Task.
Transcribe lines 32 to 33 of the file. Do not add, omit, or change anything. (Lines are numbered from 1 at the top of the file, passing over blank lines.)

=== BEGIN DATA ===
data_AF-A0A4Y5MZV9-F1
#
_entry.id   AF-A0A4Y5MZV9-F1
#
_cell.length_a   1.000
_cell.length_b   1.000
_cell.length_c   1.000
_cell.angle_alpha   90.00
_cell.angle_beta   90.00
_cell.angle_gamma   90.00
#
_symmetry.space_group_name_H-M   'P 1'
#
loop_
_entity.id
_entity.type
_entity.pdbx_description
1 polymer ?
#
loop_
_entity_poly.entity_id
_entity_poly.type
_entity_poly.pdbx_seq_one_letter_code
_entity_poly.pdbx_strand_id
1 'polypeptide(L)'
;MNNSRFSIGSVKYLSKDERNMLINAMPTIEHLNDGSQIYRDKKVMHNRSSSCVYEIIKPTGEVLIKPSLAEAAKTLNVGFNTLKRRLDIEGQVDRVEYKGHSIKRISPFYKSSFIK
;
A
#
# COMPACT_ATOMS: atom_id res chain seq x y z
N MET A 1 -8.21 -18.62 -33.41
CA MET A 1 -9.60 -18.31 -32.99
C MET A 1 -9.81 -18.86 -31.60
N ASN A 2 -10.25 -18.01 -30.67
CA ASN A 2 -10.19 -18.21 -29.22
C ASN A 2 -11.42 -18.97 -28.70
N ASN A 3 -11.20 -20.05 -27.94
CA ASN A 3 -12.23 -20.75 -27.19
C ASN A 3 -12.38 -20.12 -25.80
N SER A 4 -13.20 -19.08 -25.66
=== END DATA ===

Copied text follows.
CA MET A 1 -9.60 -18.31 -32.99
C MET A 1 -9.81 -18.86 -31.60